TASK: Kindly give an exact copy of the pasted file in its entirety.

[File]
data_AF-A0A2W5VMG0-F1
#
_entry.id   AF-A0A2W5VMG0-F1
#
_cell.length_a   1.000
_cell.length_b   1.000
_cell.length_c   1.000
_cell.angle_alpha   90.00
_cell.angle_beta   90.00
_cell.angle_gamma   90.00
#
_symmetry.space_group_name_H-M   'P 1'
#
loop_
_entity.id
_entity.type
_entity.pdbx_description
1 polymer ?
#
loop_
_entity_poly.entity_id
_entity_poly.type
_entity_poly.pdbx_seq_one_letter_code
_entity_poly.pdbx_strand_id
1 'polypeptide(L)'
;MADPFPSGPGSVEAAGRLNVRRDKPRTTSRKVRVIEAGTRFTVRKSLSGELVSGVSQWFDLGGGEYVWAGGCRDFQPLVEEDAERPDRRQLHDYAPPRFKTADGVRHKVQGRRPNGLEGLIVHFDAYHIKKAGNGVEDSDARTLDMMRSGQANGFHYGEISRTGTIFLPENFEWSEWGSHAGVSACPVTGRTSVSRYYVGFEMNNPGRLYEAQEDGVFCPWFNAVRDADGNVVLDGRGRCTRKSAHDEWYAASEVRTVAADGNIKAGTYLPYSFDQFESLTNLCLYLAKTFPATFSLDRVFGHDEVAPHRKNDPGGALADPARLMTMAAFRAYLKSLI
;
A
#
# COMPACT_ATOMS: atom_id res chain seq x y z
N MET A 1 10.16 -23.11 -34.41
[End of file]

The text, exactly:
data_AF-A0A2W5VMG0-F1
#
_entry.id   AF-A0A2W5VMG0-F1
#
_cell.length_a   1.000
_cell.length_b   1.000
_cell.length_c   1.000
_cell.angle_alpha   90.00
_cell.angle_beta   90.00
_cell.angle_gamma   90.00
#
_symmetry.space_group_name_H-M   'P 1'
#
loop_
_entity.id
_entity.type
_entity.pdbx_description
1 polymer ?
#
loop_
_entity_poly.entity_id
_entity_poly.type
_entity_poly.pdbx_seq_one_letter_code
_entity_poly.pdbx_strand_id
1 'polypeptide(L)'
;MADPFPSGPGSVEAAGRLNVRRDKPRTTSRKVRVIEAGTRFTVRKSLSGELVSGVSQWFDLGGGEYVWAGGCRDFQPLVEEDAERPDRRQLHDYAPPRFKTADGVRHKVQGRRPNGLEGLIVHFDAYHIKKAGNGVEDSDARTLDMMRSGQANGFHYGEISRTGTIFLPENFEWSEWGSHAGVSACPVTGRTSVSRYYVGFEMNNPGRLYEAQEDGVFCPWFNAVRDADGNVVLDGRGRCTRKSAHDEWYAASEVRTVAADGNIKAGTYLPYSFDQFESLTNLCLYLAKTFPATFSLDRVFGHDEVAPHRKNDPGGALADPARLMTMAAFRAYLKSLI
;
A
#
# COMPACT_ATOMS: atom_id res chain seq x y z
N MET A 1 10.16 -23.11 -34.41